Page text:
As for Kyra, she’s still training, and hopefully won’t be confined to doing so in her attic for too much longer.
While climbing is her primary focus, Kyra has been enjoying spending time exploring the outdoors around her home in Utah. She recently celebrated her 24th Birthday, is now the proud owner of two new cats and plans to go to Veterinary School in the future.
For now, the daily grind continues. When things calm down and we get back to some semblance of everyday life, she’s looking forward to representing her country, Shoreview and the State of Minnesota in the Summer Olympic Games in 2021.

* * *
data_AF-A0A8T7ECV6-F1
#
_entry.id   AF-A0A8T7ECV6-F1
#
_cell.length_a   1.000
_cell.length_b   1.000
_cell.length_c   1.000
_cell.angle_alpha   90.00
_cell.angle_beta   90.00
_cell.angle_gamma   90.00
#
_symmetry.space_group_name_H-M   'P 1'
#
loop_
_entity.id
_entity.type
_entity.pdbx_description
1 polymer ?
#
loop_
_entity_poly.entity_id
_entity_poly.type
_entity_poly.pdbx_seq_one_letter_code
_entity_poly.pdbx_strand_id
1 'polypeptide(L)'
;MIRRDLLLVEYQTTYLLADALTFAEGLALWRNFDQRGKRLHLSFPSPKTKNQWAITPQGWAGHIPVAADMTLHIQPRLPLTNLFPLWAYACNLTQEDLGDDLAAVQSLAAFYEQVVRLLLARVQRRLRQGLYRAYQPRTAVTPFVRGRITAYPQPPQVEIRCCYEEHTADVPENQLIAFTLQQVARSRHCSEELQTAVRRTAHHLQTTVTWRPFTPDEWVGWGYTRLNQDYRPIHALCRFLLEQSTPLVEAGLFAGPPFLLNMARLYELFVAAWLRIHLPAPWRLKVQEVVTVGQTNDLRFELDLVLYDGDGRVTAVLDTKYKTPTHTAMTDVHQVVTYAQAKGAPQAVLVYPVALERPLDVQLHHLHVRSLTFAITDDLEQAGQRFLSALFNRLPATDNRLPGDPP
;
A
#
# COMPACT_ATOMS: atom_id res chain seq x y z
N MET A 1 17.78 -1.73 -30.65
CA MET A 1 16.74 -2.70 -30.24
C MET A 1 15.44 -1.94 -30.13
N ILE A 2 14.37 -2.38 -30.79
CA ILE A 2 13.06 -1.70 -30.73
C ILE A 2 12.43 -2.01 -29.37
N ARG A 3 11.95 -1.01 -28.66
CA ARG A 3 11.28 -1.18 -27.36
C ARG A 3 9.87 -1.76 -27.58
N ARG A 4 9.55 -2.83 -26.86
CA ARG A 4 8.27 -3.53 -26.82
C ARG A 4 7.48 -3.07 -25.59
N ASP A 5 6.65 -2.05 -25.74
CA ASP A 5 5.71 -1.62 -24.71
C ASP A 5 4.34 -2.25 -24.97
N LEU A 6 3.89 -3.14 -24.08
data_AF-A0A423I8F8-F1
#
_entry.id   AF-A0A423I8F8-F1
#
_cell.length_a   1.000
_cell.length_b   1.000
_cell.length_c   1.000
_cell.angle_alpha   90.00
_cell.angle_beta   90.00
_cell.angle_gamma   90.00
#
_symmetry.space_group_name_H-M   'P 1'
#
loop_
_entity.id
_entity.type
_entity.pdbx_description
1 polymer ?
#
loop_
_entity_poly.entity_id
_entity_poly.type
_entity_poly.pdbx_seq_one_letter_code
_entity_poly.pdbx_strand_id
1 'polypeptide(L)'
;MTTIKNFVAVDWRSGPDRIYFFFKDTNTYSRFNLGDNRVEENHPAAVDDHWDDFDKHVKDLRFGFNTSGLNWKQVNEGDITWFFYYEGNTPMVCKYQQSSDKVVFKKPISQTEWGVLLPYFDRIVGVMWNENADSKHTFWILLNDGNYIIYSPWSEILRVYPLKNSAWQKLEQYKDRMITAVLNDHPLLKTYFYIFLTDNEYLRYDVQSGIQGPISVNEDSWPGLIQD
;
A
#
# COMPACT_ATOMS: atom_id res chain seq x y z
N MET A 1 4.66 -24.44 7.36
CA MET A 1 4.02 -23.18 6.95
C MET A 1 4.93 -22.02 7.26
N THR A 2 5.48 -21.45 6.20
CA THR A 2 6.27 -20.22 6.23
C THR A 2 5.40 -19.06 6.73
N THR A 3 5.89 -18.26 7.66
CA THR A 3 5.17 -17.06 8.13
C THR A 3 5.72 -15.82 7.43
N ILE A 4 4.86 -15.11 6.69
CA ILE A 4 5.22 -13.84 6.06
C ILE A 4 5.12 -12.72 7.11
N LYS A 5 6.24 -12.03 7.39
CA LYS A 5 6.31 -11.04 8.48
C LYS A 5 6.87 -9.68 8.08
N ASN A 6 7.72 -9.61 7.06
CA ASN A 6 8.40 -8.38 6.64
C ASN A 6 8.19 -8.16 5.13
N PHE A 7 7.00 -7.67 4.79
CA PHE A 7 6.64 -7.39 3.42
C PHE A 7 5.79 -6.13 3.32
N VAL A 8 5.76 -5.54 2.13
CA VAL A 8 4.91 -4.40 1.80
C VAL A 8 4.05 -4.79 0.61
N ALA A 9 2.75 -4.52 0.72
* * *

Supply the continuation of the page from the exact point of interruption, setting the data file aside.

“Obviously, I was looking forward to competing in the Olympics, but I learned pretty early on in life that you can’t always decide when things do or don’t happen. I consider myself lucky that I’m competing at all,” Kyra says. This past March was the 10-year anniversary of my surgery, and I’m incredibly thankful to Dr. Lonstein and the team at Gillette for guiding me through what was a difficult time in my life. I know that things are tough for everyone right now, but I’m trying to see the positive when I can. The Olympics being delayed sucks, but the way I’m choosing to see it, now I have another year to train.”
Needless to say, come the summer of 2021, Lonstein, Guillaume, and the entire Gillette family will be cheering Kyra on.